May I Show You My Breasts?

May I Show You My Breasts?

Why I feel driven to share photos of my naked body on the internet.

Image for postCopyright Yael Wolfe

I did something crazy the other day. I posted a photo of my naked breasts on Twitter. I?ve been wanting to do that for ages, pretty much since Instagram banned my side boob. (Come on, Instagram!)

I noticed immediately that Twitter is way more sex positive than Facebook/Instagram. A quarter of the people in my feed post photos of their breasts and naked asses on a semi-regular basis. (I know ? awesome, right?)

I almost posted a naked photo of myself with the words ?Happy birthday? over my nipples to celebrate one of my favorite writer friends here, then chickened out for reasons that are still beyond me and DM?ed it to her instead. (Yes, with her consent.)

I even almost sent Average Don Juan a photo of my nipples, though I can?t remember why. (I?m sure I had a really good reason.) And again, I had second thoughts. (I have no doubt he?s gravely disappointed by this.)

Recently, my itch to put my naked photos into the world has gotten so strong, I really can?t hold back. When I noticed some friends of mine talking about sharing topless photos with one another over on Twitter, I was stoked. Oooo, yay, this is like being 12 again, but way more fun and pervy! Alas, I just missed out on the exchange of photos and thought?fuck it! And I posted a photo from a bathtub series I?ve been working on, nipple blazing, and spent the next half hour feeling exhilarated.

Finally, I did it!

What is this compulsion? I wonder. It?s nothing new. I?ve wanted to take and share nude portraits since I was in art school in Santa Fe, twenty years ago. My best friend and her boyfriend were photographers and were famous on campus for their nude portrait sessions. I?d seen all our mutual friends naked because there were always prints laying around my bestie?s house and she was always asking for my opinion on which shots were best.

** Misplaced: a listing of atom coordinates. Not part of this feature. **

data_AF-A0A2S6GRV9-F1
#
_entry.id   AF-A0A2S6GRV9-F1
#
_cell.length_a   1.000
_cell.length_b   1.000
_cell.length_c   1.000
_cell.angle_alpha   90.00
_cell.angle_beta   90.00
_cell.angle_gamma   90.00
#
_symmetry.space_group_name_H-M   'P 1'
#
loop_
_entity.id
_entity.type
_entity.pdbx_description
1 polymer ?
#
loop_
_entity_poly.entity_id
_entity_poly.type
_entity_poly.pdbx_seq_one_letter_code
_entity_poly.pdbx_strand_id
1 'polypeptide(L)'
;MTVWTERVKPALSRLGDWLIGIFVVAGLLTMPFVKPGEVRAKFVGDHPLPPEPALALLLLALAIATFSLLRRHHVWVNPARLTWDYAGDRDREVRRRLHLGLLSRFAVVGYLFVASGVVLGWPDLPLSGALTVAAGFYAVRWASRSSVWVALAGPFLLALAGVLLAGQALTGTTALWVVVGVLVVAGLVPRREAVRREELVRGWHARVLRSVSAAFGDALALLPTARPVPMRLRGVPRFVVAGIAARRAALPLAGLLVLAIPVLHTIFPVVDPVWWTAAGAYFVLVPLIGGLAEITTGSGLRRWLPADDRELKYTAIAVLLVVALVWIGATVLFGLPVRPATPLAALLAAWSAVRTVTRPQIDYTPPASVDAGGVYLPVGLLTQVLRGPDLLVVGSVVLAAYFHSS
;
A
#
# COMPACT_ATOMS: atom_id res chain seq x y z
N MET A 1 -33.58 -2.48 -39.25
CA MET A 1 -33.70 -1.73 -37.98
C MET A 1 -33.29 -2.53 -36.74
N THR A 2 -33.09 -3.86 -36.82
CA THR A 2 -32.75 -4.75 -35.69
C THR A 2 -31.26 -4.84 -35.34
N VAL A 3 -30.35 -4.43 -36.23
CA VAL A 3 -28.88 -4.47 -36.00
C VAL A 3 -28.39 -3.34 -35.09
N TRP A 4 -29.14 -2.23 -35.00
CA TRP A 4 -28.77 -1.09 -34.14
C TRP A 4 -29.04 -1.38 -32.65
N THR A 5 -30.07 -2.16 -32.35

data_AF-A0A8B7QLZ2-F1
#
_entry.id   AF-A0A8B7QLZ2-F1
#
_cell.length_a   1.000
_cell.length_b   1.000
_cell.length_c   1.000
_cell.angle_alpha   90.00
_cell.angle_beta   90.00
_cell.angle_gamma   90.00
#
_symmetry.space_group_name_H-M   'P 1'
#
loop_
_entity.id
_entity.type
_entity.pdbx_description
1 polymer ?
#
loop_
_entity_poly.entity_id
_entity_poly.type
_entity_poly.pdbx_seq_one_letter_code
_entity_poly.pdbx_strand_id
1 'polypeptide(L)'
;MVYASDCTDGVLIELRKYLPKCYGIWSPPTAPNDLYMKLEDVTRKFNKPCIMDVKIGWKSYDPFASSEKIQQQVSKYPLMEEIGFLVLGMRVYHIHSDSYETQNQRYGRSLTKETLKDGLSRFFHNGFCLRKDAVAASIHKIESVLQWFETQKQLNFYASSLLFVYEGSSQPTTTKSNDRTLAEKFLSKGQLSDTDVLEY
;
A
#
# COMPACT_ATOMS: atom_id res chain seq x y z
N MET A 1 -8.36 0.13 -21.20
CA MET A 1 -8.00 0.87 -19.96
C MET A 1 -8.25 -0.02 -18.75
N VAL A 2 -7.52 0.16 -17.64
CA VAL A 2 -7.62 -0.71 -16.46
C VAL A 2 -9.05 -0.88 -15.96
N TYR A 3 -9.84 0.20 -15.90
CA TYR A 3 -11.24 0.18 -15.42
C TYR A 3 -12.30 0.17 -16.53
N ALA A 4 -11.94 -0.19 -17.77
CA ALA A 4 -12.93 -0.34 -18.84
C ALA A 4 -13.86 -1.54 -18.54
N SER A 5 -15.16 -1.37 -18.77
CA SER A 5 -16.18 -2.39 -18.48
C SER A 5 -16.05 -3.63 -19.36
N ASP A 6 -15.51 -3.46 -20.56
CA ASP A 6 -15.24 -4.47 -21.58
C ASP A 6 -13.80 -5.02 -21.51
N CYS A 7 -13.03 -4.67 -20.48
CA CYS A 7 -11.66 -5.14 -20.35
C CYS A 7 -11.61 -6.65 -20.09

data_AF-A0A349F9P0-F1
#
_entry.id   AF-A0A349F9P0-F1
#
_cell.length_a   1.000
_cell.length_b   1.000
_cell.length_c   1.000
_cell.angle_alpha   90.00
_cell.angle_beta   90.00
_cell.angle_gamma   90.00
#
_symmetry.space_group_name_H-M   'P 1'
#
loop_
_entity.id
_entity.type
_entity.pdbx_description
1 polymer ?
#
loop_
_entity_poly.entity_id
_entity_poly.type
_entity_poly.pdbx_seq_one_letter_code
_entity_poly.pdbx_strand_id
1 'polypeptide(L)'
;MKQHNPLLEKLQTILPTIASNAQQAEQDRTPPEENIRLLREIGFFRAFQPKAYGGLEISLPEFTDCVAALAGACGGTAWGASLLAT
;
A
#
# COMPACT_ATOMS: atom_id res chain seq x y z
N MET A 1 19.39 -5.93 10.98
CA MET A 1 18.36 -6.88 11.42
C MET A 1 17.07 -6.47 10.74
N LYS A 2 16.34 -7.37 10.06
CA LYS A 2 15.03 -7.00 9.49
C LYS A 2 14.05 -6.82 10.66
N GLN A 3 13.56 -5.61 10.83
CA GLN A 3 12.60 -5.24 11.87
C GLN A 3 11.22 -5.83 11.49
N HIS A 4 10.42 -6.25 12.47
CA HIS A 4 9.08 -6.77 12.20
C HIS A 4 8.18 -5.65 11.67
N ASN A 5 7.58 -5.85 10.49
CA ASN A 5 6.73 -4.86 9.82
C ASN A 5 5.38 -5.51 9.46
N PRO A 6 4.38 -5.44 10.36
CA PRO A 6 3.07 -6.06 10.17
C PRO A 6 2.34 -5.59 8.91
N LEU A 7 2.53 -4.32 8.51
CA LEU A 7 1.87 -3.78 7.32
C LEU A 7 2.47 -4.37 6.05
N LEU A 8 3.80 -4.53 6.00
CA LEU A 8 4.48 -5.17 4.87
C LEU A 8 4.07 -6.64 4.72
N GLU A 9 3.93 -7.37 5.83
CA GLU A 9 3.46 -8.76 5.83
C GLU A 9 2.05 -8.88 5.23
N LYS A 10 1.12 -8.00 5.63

I posted a photo from a bathtub series I?ve been working on, nipple blazing, and spent the next half hour feeling exhilarated.

It?s such a regret of mine that I didn?t allow her to take pictures of me as she so often begged me to let her do. We wanted to do a gallery show, which both thrilled and terrified me. I?d learned from a childhood of Christian schooling that my body was shameful and should be covered up. I?d also already been told how to dress, what to do, and how much I should weigh by countless friends, acquaintances, love interests, doctors, and of course, the media.

Wouldn?t it be the ultimate sense of freedom to hang photos of my naked body on the walls of galleries across Santa Fe? (And after that, the world, of course!)

But no. I just couldn?t do it. My body dysmorphic disorder issues were at an all-time high at that point, and I was in the midst of another round with my eating disorders. I just couldn?t handle the vulnerability it would take to get naked even just for my friend and her camera.

The desire to shed my inhibitions in that way has stayed with me all these years. As soon as my last partner and I started sleeping together, I began taking naked or half-naked photos of myself so I could send them to him.

I loved it. I can?t tell you how much I loved it.

I loved the shot of adrenaline I got from every click of the shutter. I loved feeling so daring and bold. I loved how much it turned on my partner. And I loved, perhaps most of all, how utterly audacious it felt to act as though I felt beautiful and desirable. That was a revolution, for me.

The desire to shed my inhibitions in that way has stayed with me all these years.

I entered my forties with a host of new anxieties and mental blocks about my body. My ex had left for a younger woman, I lost confidence in myself and felt sexually irrelevant as I left the stage of young womanhood behind, blah blah blah. You know the story. So many of us find ourselves at a similar crossroads.